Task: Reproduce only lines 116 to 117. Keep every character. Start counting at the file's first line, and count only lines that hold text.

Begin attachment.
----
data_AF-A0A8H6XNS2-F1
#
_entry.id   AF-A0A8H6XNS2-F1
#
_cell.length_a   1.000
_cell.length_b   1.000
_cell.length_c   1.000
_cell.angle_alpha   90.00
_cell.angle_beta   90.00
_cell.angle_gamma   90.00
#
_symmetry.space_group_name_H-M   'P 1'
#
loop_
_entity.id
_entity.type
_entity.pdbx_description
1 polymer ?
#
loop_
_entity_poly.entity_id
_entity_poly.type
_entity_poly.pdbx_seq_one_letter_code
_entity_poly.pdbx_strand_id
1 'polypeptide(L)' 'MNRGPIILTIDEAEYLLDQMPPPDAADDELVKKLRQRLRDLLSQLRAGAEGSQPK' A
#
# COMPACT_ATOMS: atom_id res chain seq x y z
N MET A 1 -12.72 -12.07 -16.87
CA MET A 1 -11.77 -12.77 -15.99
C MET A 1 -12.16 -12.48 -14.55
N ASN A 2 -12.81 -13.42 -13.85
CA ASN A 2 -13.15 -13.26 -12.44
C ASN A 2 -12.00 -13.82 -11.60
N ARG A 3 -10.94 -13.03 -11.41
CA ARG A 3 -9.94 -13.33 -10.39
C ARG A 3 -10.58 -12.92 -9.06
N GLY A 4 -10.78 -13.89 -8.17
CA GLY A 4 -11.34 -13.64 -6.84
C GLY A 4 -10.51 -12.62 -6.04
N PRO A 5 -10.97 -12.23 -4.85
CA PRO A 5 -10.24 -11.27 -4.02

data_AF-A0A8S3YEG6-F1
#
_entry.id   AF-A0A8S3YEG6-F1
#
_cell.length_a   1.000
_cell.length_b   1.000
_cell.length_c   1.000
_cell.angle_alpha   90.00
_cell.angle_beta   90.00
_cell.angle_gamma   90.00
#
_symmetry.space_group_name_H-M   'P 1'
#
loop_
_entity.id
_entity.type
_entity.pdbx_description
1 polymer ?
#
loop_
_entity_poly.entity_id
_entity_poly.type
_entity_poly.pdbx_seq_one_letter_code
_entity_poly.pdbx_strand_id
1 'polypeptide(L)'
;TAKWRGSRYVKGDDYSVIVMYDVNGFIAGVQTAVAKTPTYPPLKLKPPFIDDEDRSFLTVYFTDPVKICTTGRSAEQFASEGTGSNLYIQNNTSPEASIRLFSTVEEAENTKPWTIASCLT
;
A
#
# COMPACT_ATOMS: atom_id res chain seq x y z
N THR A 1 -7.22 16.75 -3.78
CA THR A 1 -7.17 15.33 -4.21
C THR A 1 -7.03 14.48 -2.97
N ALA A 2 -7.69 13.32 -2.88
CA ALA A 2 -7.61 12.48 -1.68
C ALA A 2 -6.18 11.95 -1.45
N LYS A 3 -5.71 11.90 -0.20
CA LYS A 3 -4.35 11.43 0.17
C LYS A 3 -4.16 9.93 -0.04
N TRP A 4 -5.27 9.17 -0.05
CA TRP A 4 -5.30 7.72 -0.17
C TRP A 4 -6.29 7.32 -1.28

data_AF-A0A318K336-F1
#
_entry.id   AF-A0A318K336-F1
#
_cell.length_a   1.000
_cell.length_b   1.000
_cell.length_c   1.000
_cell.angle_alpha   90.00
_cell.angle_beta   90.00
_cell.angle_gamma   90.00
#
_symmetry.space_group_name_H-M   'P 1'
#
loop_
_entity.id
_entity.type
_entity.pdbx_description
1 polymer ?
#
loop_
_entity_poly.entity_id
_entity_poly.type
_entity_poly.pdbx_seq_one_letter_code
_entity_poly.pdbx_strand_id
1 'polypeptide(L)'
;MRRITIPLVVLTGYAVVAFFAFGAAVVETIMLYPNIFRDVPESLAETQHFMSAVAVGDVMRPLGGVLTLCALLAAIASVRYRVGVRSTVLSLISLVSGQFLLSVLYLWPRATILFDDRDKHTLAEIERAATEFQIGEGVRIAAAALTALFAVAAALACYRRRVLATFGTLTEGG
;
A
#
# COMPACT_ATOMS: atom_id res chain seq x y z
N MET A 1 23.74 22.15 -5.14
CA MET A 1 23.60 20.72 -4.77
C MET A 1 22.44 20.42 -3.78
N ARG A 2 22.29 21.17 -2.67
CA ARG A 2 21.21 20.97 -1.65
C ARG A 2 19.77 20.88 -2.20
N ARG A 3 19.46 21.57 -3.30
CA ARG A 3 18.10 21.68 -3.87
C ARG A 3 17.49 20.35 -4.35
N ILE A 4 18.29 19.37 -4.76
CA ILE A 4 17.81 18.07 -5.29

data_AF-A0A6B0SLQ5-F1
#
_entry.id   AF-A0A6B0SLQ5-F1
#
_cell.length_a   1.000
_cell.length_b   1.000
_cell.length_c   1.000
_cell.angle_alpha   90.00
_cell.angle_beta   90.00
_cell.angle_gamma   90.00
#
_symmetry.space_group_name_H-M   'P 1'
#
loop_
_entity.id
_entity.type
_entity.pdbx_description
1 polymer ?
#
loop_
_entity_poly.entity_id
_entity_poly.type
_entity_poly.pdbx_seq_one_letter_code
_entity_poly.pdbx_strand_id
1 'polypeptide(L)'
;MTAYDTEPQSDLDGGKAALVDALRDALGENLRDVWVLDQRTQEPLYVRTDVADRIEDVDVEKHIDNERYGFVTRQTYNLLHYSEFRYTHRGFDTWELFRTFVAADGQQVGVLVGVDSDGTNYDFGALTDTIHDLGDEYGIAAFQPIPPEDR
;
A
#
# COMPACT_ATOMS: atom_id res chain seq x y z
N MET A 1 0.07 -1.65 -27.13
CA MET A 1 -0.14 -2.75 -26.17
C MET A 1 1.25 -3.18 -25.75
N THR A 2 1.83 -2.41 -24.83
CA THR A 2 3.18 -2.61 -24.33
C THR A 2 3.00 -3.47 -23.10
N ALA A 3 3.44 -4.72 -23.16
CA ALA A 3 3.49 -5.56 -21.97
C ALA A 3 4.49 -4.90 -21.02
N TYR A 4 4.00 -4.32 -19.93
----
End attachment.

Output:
C MET A 1 22.44 20.42 -3.78
N ARG A 2 22.29 21.17 -2.67